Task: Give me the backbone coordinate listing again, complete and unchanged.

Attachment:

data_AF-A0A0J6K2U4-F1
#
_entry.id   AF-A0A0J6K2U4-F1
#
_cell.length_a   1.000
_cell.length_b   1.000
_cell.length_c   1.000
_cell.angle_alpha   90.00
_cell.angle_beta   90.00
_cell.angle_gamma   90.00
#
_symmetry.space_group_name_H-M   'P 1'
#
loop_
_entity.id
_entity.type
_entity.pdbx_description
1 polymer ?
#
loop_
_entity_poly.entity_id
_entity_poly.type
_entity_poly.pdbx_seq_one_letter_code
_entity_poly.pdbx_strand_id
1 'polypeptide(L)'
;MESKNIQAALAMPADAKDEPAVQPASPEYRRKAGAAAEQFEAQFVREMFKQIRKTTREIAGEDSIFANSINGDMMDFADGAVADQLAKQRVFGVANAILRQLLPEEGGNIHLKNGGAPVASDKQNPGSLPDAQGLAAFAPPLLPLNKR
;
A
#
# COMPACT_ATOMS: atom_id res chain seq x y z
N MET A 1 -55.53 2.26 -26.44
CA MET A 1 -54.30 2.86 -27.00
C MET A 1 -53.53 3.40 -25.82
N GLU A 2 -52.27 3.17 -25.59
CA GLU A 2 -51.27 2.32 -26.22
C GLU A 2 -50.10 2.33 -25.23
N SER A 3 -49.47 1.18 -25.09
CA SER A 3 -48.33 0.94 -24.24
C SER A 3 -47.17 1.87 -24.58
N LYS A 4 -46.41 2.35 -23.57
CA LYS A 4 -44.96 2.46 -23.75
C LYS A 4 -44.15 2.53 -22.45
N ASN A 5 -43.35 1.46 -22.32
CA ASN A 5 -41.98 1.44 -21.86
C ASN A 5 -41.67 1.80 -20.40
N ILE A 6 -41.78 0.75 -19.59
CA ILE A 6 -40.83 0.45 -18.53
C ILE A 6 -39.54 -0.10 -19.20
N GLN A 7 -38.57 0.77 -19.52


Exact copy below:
data_AF-A0A0J6K2U4-F1
#
_entry.id   AF-A0A0J6K2U4-F1
#
_cell.length_a   1.000
_cell.length_b   1.000
_cell.length_c   1.000
_cell.angle_alpha   90.00
_cell.angle_beta   90.00
_cell.angle_gamma   90.00
#
_symmetry.space_group_name_H-M   'P 1'
#
loop_
_entity.id
_entity.type
_entity.pdbx_description
1 polymer ?
#
loop_
_entity_poly.entity_id
_entity_poly.type
_entity_poly.pdbx_seq_one_letter_code
_entity_poly.pdbx_strand_id
1 'polypeptide(L)'
;MESKNIQAALAMPADAKDEPAVQPASPEYRRKAGAAAEQFEAQFVREMFKQIRKTTREIAGEDSIFANSINGDMMDFADGAVADQLAKQRVFGVANAILRQLLPEEGGNIHLKNGGAPVASDKQNPGSLPDAQGLAAFAPPLLPLNKR
;
A
#
# COMPACT_ATOMS: atom_id res chain seq x y z
N MET A 1 -55.53 2.26 -26.44
CA MET A 1 -54.30 2.86 -27.00
C MET A 1 -53.53 3.40 -25.82
N GLU A 2 -52.27 3.17 -25.59
CA GLU A 2 -51.27 2.32 -26.22
C GLU A 2 -50.10 2.33 -25.23
N SER A 3 -49.47 1.18 -25.09
CA SER A 3 -48.33 0.94 -24.24
C SER A 3 -47.17 1.87 -24.58
N LYS A 4 -46.41 2.35 -23.57
CA LYS A 4 -44.96 2.46 -23.75
C LYS A 4 -44.15 2.53 -22.45
N ASN A 5 -43.35 1.46 -22.32
CA ASN A 5 -41.98 1.44 -21.86
C ASN A 5 -41.67 1.80 -20.40
N ILE A 6 -41.78 0.75 -19.59
CA ILE A 6 -40.83 0.45 -18.53
C ILE A 6 -39.54 -0.10 -19.20
N GLN A 7 -38.57 0.77 -19.52